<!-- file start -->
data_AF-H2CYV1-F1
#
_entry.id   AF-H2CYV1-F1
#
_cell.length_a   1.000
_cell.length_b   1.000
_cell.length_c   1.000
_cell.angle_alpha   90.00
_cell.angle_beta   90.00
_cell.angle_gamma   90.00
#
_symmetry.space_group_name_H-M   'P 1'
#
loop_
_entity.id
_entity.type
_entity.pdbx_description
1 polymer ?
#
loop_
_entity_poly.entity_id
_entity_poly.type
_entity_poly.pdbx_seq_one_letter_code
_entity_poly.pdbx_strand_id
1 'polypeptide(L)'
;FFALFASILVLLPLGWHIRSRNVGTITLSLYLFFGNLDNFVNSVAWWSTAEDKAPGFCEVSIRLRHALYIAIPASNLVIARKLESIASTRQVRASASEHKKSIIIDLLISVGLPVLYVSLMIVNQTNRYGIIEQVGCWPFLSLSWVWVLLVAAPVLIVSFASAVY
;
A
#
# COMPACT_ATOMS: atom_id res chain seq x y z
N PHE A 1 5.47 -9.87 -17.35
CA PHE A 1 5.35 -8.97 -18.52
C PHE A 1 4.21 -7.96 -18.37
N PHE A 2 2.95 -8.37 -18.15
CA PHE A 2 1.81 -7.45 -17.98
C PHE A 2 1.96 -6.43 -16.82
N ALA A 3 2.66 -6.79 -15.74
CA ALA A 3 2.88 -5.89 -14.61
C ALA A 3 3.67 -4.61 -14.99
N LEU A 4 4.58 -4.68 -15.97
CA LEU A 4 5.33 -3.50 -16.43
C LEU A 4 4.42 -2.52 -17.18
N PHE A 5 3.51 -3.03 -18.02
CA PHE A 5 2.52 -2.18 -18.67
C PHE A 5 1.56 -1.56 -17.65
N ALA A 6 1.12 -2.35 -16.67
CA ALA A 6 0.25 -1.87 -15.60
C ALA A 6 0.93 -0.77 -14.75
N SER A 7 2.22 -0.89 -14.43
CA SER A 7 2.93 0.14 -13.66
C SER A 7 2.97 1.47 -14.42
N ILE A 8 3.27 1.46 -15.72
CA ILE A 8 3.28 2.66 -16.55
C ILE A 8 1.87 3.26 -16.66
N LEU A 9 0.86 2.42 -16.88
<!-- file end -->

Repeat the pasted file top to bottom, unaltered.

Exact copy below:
data_AF-H2CYV1-F1
#
_entry.id   AF-H2CYV1-F1
#
_cell.length_a   1.000
_cell.length_b   1.000
_cell.length_c   1.000
_cell.angle_alpha   90.00
_cell.angle_beta   90.00
_cell.angle_gamma   90.00
#
_symmetry.space_group_name_H-M   'P 1'
#
loop_
_entity.id
_entity.type
_entity.pdbx_description
1 polymer ?
#
loop_
_entity_poly.entity_id
_entity_poly.type
_entity_poly.pdbx_seq_one_letter_code
_entity_poly.pdbx_strand_id
1 'polypeptide(L)'
;FFALFASILVLLPLGWHIRSRNVGTITLSLYLFFGNLDNFVNSVAWWSTAEDKAPGFCEVSIRLRHALYIAIPASNLVIARKLESIASTRQVRASASEHKKSIIIDLLISVGLPVLYVSLMIVNQTNRYGIIEQVGCWPFLSLSWVWVLLVAAPVLIVSFASAVY
;
A
#
# COMPACT_ATOMS: atom_id res chain seq x y z
N PHE A 1 5.47 -9.87 -17.35
CA PHE A 1 5.35 -8.97 -18.52
C PHE A 1 4.21 -7.96 -18.37
N PHE A 2 2.95 -8.37 -18.15
CA PHE A 2 1.81 -7.45 -17.98
C PHE A 2 1.96 -6.43 -16.82
N ALA A 3 2.66 -6.79 -15.74
CA ALA A 3 2.88 -5.89 -14.61
C ALA A 3 3.67 -4.61 -14.99
N LEU A 4 4.58 -4.68 -15.97
CA LEU A 4 5.33 -3.50 -16.43
C LEU A 4 4.42 -2.52 -17.18
N PHE A 5 3.51 -3.03 -18.02
CA PHE A 5 2.52 -2.18 -18.67
C PHE A 5 1.56 -1.56 -17.65
N ALA A 6 1.12 -2.35 -16.67
CA ALA A 6 0.25 -1.87 -15.60
C ALA A 6 0.93 -0.77 -14.75
N SER A 7 2.22 -0.89 -14.43
CA SER A 7 2.93 0.14 -13.66
C SER A 7 2.97 1.47 -14.42
N ILE A 8 3.27 1.46 -15.72
CA ILE A 8 3.28 2.66 -16.55
C ILE A 8 1.87 3.26 -16.66
N LEU A 9 0.86 2.42 -16.88